Funding Mom’s and Dad’s Assisted Living Expenses

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Long-term care can be critical to the health and emotional well-being of older adults. The adult children of aging parents are often called upon to provide that care, but they do so at a cost to their own quality of life. Family caregivers who work long hours without compensation may be sacrificing careers, incurring expenses, and enduring stress to care for the parents they love.

Paid caregivers also help older adults age in place. Unfortunately, a shortage of qualified workers has driven up the fees charged by home care agencies. High employee turnover makes it difficult for caregivers and their clients to form a bond. To meet demand, the workforce of professional caregivers will need to increase by 20% in the next decade. It is unclear whether the job market will supply needed workers in an underpaid profession that is difficult and stressful.

When aging parents cannot live independently, a long-term care facility can be a desirable alternative to family caregiving. Assisted-living facilities use trained staff members to help residents with their activities of daily living, including bathing, getting dressed, and eating. Nursing homes deliver healthcare services to seniors who need around-the-clock care.

Unfortunately, Medicare does not generally pay for residential care. Some seniors qualify for state Medicaid programs that cover nursing home care, but Medicaid does not cover room and board in assisted-living facilities. Seniors must exhaust their financial resources before they become eligible for Medicaid coverage, which often makes it difficult to pay for the room and board component of residence in an assisted-living facility.

The Cost of Assisted Living

About 850,000 people reside in approximately 30,000 assisted-living facilities in the United States. Most seniors enter assisted-living facilities in their mid-eighties. 

Facilities typically charge a base fee to cover room and board. Fee structures typically base additional costs on the level of care services that a resident requires or desires. Not all facilities serve residents who suffer from dementia, but those that do generally charge higher rates for dementia care.

While prices vary across the nation, the average cost of residing in an assisted-living facility is $4,500 per month. Since last year, prices for all levels of assisted living have been rising faster than inflation.

The “Dying Broke” series of articles in the New York Times examines “how the immense financial costs of long-term care drain older Americans and their families.” A November, 2023 article in that series notes that, while assisted-living facilities may be an ideal long term care option for many families, “most Americans can’t afford them.”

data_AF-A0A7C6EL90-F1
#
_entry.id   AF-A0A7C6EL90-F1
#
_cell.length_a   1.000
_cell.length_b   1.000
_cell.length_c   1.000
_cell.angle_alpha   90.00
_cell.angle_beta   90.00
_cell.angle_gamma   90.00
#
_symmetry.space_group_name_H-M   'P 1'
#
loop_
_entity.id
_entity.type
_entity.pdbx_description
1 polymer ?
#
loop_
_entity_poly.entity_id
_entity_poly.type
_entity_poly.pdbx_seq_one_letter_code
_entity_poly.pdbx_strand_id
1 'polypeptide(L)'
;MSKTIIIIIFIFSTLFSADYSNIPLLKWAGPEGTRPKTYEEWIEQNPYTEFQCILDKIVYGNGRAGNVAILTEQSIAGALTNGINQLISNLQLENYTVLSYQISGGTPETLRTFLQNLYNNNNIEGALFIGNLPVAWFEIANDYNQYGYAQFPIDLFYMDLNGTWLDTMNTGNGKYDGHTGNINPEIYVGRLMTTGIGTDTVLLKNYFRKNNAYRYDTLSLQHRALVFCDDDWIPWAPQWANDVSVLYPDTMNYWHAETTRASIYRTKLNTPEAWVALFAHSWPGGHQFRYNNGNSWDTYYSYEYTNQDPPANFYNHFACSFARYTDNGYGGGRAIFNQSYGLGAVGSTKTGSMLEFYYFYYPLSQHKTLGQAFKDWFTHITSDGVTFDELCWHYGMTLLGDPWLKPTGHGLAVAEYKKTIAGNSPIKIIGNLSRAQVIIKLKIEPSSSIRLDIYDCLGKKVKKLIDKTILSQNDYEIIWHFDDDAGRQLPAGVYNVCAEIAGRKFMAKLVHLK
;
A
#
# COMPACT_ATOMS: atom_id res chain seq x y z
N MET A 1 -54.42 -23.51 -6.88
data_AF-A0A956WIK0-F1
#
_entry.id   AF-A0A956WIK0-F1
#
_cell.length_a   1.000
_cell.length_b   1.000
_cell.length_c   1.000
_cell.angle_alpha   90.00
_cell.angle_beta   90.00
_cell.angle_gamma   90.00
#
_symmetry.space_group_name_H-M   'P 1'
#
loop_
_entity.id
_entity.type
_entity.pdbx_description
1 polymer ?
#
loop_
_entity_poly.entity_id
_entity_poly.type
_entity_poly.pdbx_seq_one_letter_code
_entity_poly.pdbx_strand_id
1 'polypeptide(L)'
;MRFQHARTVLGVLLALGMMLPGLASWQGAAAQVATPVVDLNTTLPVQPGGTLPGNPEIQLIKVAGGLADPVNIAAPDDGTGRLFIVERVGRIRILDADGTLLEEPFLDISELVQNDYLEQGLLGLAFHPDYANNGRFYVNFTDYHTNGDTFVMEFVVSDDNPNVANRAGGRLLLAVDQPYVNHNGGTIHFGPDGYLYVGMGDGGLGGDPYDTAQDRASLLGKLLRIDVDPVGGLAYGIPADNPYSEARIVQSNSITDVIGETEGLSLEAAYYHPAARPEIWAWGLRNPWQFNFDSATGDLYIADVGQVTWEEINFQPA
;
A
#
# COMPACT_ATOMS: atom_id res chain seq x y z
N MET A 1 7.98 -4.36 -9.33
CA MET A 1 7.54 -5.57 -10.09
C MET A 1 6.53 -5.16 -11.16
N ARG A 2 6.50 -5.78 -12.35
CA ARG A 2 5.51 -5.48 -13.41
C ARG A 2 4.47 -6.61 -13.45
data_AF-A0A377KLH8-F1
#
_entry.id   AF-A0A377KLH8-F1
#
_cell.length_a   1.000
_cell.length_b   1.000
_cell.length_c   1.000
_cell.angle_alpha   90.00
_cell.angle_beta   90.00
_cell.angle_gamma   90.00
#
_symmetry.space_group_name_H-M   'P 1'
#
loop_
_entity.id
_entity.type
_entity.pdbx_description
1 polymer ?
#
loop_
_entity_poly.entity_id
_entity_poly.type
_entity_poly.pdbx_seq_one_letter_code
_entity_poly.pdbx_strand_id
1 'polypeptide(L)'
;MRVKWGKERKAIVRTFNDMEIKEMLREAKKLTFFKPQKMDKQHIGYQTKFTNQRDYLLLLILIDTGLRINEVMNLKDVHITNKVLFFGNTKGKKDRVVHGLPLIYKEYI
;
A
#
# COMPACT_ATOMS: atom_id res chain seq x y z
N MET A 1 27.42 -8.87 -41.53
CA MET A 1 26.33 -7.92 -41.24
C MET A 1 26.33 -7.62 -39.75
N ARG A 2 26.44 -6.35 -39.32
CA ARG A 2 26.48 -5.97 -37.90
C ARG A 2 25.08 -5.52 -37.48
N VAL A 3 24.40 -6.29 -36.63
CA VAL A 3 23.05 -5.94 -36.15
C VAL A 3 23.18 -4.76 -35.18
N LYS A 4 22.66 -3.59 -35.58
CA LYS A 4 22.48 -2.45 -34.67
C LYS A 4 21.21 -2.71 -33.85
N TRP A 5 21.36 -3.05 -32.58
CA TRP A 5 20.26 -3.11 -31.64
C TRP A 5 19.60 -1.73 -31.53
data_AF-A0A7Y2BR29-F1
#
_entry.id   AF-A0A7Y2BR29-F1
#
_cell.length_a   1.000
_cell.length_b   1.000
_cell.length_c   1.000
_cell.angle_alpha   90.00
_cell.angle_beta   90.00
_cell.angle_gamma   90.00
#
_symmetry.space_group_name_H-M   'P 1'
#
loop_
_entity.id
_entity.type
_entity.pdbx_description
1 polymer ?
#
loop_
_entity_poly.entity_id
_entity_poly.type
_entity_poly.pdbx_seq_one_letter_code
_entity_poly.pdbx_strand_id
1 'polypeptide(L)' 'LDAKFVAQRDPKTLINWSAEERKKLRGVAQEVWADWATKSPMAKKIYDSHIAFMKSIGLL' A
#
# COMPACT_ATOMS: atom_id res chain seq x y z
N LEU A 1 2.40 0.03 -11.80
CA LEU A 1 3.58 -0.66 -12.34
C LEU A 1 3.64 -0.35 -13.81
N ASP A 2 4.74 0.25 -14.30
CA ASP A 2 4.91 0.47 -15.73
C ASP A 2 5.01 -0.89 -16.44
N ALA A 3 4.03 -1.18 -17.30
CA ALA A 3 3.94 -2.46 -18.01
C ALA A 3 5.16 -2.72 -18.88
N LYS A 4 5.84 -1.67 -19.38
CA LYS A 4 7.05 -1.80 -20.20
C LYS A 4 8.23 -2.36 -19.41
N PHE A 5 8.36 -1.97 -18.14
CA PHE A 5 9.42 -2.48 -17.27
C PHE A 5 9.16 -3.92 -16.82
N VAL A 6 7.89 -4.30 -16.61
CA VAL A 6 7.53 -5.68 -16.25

Depending on a facility’s pricing structure, residents may pay extra for meal delivery to their room or assistance taking a shower. Assisted-living facilities do not provide medical treatment to residents, but they may charge extra for providing services that must typically be performed by a licensed nursing professional, such as administering injections. Some charge residents extra for ordering medications from a pharmacy that hasn’t been approved by the facility.

The Future of Assisted Living

At this point, residents of assisted-living facilities tend to be relatively affluent. They depend on a lifetime of savings, investments, the proceeds of home sales, and help from working family members to pay their assisted-living fees.

Some residents fund their stay with long-term care insurance. However, the Times reports that “the market for long-term care insurance has virtually collapsed, covering just a tiny portion of older people.” When insurance benefits run out, residents often exhaust their savings or seek other housing options.

Veterans who receive a VA pension and who need help with their activities of daily living may qualify for an Aid and Attendance benefit. The benefit typically reimburses the veteran for the cost of care services and may, under some circumstances, pay for food and lodging.

The executive director for the industry’s trade association told the Times that offering affordable assisted-living care would require “an entirely different business model.” That model might depend on federal assistance, perhaps by expanding Medicare or enacting legislation that requires health insurance to cover assisted-living facilities.

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